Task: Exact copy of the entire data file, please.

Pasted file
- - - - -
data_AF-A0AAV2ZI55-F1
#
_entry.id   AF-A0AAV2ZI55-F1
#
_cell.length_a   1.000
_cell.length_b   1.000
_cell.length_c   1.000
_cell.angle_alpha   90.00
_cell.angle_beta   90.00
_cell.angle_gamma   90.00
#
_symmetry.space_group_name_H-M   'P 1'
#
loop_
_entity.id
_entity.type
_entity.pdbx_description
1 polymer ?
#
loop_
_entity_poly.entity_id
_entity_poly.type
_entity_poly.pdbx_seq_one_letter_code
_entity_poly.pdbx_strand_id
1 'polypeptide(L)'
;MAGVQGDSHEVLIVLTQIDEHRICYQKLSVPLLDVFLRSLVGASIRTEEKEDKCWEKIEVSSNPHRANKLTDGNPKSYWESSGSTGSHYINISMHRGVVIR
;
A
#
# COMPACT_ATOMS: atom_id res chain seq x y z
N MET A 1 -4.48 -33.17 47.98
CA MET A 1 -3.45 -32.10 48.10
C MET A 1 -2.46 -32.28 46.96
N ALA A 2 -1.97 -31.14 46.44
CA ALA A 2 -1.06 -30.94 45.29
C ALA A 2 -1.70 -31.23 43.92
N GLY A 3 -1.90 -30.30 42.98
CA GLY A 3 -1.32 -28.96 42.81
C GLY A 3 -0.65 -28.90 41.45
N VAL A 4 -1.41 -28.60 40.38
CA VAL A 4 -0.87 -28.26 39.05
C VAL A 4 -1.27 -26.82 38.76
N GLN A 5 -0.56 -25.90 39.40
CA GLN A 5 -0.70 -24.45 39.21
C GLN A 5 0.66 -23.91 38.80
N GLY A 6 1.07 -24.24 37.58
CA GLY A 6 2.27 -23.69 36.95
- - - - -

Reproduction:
data_AF-A0AAV2ZI55-F1
#
_entry.id   AF-A0AAV2ZI55-F1
#
_cell.length_a   1.000
_cell.length_b   1.000
_cell.length_c   1.000
_cell.angle_alpha   90.00
_cell.angle_beta   90.00
_cell.angle_gamma   90.00
#
_symmetry.space_group_name_H-M   'P 1'
#
loop_
_entity.id
_entity.type
_entity.pdbx_description
1 polymer ?
#
loop_
_entity_poly.entity_id
_entity_poly.type
_entity_poly.pdbx_seq_one_letter_code
_entity_poly.pdbx_strand_id
1 'polypeptide(L)'
;MAGVQGDSHEVLIVLTQIDEHRICYQKLSVPLLDVFLRSLVGASIRTEEKEDKCWEKIEVSSNPHRANKLTDGNPKSYWESSGSTGSHYINISMHRGVVIR
;
A
#
# COMPACT_ATOMS: atom_id res chain seq x y z
N MET A 1 -4.48 -33.17 47.98
CA MET A 1 -3.45 -32.10 48.10
C MET A 1 -2.46 -32.28 46.96
N ALA A 2 -1.97 -31.14 46.44
CA ALA A 2 -1.06 -30.94 45.29
C ALA A 2 -1.70 -31.23 43.92
N GLY A 3 -1.90 -30.30 42.98
CA GLY A 3 -1.32 -28.96 42.81
C GLY A 3 -0.65 -28.90 41.45
N VAL A 4 -1.41 -28.60 40.38
CA VAL A 4 -0.87 -28.26 39.05
C VAL A 4 -1.27 -26.82 38.76
N GLN A 5 -0.56 -25.90 39.40
CA GLN A 5 -0.70 -24.45 39.21
C GLN A 5 0.66 -23.91 38.80
N GLY A 6 1.07 -24.24 37.58
CA GLY A 6 2.27 -23.69 36.95